Palatine Burial is a fabric ‘soil’, a spreading geotextile reinforcing the soil and fostering new growth. Palatine Burial responded to a recent excavation in Rome in which traces were found of a baby that was sacrificed and buried beneath the ancient fortifications of the city. The project involved construction of a textile cover used for reburial of the archeological site.
The sacrifice was for propitiation, protecting the boundary of the city. Making sacred. A mundus, a little world offered in stead of the world around. Beneath the wall at the edge of the city, a pit was dug into the volcanic mud-stone tufa, fitted to the clay dolium vessel enclosing the tiny body. Sifted linings filled in the spaces closing the void between the vessel and the stone. Tiny fragments of the burial remained: a brooch; a tooth. Laid bare. What material could be adequate for covering there?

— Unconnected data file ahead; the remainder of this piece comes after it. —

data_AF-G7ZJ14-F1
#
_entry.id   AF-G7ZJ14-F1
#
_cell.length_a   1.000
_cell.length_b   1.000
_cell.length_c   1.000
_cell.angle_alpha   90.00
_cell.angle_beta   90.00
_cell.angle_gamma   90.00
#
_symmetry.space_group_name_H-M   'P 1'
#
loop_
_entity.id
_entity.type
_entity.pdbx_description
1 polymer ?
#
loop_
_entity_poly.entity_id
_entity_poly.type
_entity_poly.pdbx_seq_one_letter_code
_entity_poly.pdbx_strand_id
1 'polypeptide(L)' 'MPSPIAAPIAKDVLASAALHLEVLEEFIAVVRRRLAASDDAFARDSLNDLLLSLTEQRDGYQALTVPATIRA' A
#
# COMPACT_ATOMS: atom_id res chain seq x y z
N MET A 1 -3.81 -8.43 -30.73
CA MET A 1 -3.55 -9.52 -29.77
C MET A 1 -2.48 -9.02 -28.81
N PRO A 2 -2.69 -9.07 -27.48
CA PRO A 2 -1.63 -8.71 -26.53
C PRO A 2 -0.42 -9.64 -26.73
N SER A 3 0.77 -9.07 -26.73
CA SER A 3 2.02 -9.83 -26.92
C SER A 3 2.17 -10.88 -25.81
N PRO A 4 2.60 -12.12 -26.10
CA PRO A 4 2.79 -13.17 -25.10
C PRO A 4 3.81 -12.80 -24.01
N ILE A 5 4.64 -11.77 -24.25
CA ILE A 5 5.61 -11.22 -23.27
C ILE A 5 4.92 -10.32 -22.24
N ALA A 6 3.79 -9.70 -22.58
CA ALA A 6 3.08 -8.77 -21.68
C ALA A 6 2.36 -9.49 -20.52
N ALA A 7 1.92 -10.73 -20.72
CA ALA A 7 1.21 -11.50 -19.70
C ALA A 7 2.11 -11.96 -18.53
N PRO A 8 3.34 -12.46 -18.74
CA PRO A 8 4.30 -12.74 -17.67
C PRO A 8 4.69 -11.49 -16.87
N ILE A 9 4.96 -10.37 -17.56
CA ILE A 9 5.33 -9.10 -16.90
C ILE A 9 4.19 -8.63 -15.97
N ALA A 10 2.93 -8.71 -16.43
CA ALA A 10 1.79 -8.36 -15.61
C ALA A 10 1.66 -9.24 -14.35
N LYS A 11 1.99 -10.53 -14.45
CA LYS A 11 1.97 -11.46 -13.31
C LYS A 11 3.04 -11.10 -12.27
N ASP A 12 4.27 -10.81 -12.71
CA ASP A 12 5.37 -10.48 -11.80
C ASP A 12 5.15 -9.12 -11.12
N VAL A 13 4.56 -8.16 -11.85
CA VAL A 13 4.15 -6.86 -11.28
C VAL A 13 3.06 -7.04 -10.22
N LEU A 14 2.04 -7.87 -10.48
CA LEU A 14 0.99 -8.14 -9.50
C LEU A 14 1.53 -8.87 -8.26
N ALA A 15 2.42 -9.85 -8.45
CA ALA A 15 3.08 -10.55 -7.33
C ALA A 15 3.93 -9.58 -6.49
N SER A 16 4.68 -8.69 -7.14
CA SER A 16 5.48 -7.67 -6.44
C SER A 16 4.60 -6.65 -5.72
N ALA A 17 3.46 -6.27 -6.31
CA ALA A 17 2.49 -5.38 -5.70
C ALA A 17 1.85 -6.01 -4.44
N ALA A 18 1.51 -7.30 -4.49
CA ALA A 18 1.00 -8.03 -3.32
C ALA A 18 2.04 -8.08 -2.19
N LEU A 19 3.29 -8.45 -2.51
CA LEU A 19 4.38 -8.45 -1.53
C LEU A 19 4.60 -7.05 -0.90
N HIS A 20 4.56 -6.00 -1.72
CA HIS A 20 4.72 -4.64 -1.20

Each link of the fabric net received special details. Inside was an anatomy of transparent vessels cushioned by sprung tenons and terminated by serrated hollow needles to puncture and drain. Toward the outside, angled crampons bent back for springing and grasping set up with hair-trigger antennae. Around, a spread of open joints with outflung guides to catch and link with neighbours.
Each of these protozoan links was thin and meager, but by linking and clumping together they made mass and thickness. At first a bare latticework controlled by the geometry of its elements then increasingly formless and growing darker as it ingested decomposing matter. Thicker, and fertile, enveloping the wire implants and making a complete turf. This cover was finally dense, redolent with growth. And within that vital new earth, a convulsion glimmered-a poise telegraphing through from the sprung armature deep within.